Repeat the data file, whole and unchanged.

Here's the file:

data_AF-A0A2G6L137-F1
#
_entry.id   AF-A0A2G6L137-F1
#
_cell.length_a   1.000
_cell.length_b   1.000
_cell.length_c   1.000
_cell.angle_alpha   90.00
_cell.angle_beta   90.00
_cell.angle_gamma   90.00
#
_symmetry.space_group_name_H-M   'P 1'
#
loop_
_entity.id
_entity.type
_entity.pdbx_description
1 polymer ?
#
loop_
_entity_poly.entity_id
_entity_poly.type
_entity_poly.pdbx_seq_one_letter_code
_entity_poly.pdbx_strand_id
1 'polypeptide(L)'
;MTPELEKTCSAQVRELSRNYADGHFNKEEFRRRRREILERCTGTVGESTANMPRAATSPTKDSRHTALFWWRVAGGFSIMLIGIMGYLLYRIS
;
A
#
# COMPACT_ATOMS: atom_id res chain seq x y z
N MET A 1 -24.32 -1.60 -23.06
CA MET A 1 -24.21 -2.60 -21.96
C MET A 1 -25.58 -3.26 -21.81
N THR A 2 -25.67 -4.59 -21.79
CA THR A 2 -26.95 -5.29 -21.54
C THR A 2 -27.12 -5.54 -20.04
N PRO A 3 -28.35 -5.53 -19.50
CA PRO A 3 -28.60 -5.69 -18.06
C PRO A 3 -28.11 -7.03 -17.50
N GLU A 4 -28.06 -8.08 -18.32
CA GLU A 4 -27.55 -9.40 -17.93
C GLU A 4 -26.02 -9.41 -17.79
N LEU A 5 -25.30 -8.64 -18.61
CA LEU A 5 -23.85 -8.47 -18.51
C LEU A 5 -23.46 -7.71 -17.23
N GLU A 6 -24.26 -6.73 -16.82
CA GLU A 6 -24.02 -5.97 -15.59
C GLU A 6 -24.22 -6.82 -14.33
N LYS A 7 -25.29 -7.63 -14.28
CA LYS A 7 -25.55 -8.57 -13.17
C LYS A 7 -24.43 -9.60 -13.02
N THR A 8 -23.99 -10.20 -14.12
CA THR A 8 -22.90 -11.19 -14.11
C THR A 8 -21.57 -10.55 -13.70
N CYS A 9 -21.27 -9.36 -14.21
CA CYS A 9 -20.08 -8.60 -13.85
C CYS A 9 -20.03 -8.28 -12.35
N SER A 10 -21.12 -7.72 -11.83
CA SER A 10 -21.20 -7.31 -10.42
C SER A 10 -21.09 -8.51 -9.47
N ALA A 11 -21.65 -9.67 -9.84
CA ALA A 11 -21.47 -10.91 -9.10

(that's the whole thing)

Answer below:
data_AF-A0A2G6L137-F1
#
_entry.id   AF-A0A2G6L137-F1
#
_cell.length_a   1.000
_cell.length_b   1.000
_cell.length_c   1.000
_cell.angle_alpha   90.00
_cell.angle_beta   90.00
_cell.angle_gamma   90.00
#
_symmetry.space_group_name_H-M   'P 1'
#
loop_
_entity.id
_entity.type
_entity.pdbx_description
1 polymer ?
#
loop_
_entity_poly.entity_id
_entity_poly.type
_entity_poly.pdbx_seq_one_letter_code
_entity_poly.pdbx_strand_id
1 'polypeptide(L)'
;MTPELEKTCSAQVRELSRNYADGHFNKEEFRRRRREILERCTGTVGESTANMPRAATSPTKDSRHTALFWWRVAGGFSIMLIGIMGYLLYRIS
;
A
#
# COMPACT_ATOMS: atom_id res chain seq x y z
N MET A 1 -24.32 -1.60 -23.06
CA MET A 1 -24.21 -2.60 -21.96
C MET A 1 -25.58 -3.26 -21.81
N THR A 2 -25.67 -4.59 -21.79
CA THR A 2 -26.95 -5.29 -21.54
C THR A 2 -27.12 -5.54 -20.04
N PRO A 3 -28.35 -5.53 -19.50
CA PRO A 3 -28.60 -5.69 -18.06
C PRO A 3 -28.11 -7.03 -17.50
N GLU A 4 -28.06 -8.08 -18.32
CA GLU A 4 -27.55 -9.40 -17.93
C GLU A 4 -26.02 -9.41 -17.79
N LEU A 5 -25.30 -8.64 -18.61
CA LEU A 5 -23.85 -8.47 -18.51
C LEU A 5 -23.46 -7.71 -17.23
N GLU A 6 -24.26 -6.73 -16.82
CA GLU A 6 -24.02 -5.97 -15.59
C GLU A 6 -24.22 -6.82 -14.33
N LYS A 7 -25.29 -7.63 -14.28
CA LYS A 7 -25.55 -8.57 -13.17
C LYS A 7 -24.43 -9.60 -13.02
N THR A 8 -23.99 -10.20 -14.12
CA THR A 8 -22.90 -11.19 -14.11
C THR A 8 -21.57 -10.55 -13.70
N CYS A 9 -21.27 -9.36 -14.21
CA CYS A 9 -20.08 -8.60 -13.85
C CYS A 9 -20.03 -8.28 -12.35
N SER A 10 -21.12 -7.72 -11.83
CA SER A 10 -21.20 -7.31 -10.42
C SER A 10 -21.09 -8.51 -9.47
N ALA A 11 -21.65 -9.67 -9.84
CA ALA A 11 -21.47 -10.91 -9.10